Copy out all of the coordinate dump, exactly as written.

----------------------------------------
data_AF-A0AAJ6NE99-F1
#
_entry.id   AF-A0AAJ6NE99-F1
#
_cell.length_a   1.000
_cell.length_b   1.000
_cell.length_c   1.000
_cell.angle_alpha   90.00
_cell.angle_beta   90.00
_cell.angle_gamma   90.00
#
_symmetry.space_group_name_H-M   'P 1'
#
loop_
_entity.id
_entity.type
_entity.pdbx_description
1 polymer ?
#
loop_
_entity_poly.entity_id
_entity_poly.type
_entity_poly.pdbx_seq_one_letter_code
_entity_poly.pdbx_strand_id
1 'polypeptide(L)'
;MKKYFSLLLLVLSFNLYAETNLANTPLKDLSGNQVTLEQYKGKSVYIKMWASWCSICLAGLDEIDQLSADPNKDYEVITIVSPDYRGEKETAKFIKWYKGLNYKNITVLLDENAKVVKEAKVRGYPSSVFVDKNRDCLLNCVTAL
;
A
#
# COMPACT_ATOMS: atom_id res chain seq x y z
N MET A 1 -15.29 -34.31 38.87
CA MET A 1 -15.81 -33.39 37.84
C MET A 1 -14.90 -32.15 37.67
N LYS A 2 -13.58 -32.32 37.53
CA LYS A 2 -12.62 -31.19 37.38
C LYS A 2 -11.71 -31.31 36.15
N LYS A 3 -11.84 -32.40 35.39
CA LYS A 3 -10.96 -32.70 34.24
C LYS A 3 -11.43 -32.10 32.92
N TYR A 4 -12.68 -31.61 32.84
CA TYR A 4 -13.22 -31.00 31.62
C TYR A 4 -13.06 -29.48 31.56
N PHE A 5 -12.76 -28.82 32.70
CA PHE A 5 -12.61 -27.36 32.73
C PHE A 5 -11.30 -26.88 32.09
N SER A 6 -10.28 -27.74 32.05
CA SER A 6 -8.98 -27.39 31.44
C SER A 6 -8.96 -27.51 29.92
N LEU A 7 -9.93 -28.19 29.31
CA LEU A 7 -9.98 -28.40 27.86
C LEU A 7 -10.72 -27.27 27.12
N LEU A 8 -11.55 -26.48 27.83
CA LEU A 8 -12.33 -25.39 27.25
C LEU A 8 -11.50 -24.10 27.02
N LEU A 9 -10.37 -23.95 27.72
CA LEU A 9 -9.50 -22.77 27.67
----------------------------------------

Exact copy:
data_AF-A0AAJ6NE99-F1
#
_entry.id   AF-A0AAJ6NE99-F1
#
_cell.length_a   1.000
_cell.length_b   1.000
_cell.length_c   1.000
_cell.angle_alpha   90.00
_cell.angle_beta   90.00
_cell.angle_gamma   90.00
#
_symmetry.space_group_name_H-M   'P 1'
#
loop_
_entity.id
_entity.type
_entity.pdbx_description
1 polymer ?
#
loop_
_entity_poly.entity_id
_entity_poly.type
_entity_poly.pdbx_seq_one_letter_code
_entity_poly.pdbx_strand_id
1 'polypeptide(L)'
;MKKYFSLLLLVLSFNLYAETNLANTPLKDLSGNQVTLEQYKGKSVYIKMWASWCSICLAGLDEIDQLSADPNKDYEVITIVSPDYRGEKETAKFIKWYKGLNYKNITVLLDENAKVVKEAKVRGYPSSVFVDKNRDCLLNCVTAL
;
A
#
# COMPACT_ATOMS: atom_id res chain seq x y z
N MET A 1 -15.29 -34.31 38.87
CA MET A 1 -15.81 -33.39 37.84
C MET A 1 -14.90 -32.15 37.67
N LYS A 2 -13.58 -32.32 37.53
CA LYS A 2 -12.62 -31.19 37.38
C LYS A 2 -11.71 -31.31 36.15
N LYS A 3 -11.84 -32.40 35.39
CA LYS A 3 -10.96 -32.70 34.24
C LYS A 3 -11.43 -32.10 32.92
N TYR A 4 -12.68 -31.61 32.84
CA TYR A 4 -13.22 -31.00 31.62
C TYR A 4 -13.06 -29.48 31.56
N PHE A 5 -12.76 -28.82 32.70
CA PHE A 5 -12.61 -27.36 32.73
C PHE A 5 -11.30 -26.88 32.09
N SER A 6 -10.28 -27.74 32.05
CA SER A 6 -8.98 -27.39 31.44
C SER A 6 -8.96 -27.51 29.92
N LEU A 7 -9.93 -28.19 29.31
CA LEU A 7 -9.98 -28.40 27.86
C LEU A 7 -10.72 -27.27 27.12
N LEU A 8 -11.55 -26.48 27.83
CA LEU A 8 -12.33 -25.39 27.25
C LEU A 8 -11.50 -24.10 27.02
N LEU A 9 -10.37 -23.95 27.72
CA LEU A 9 -9.50 -22.77 27.67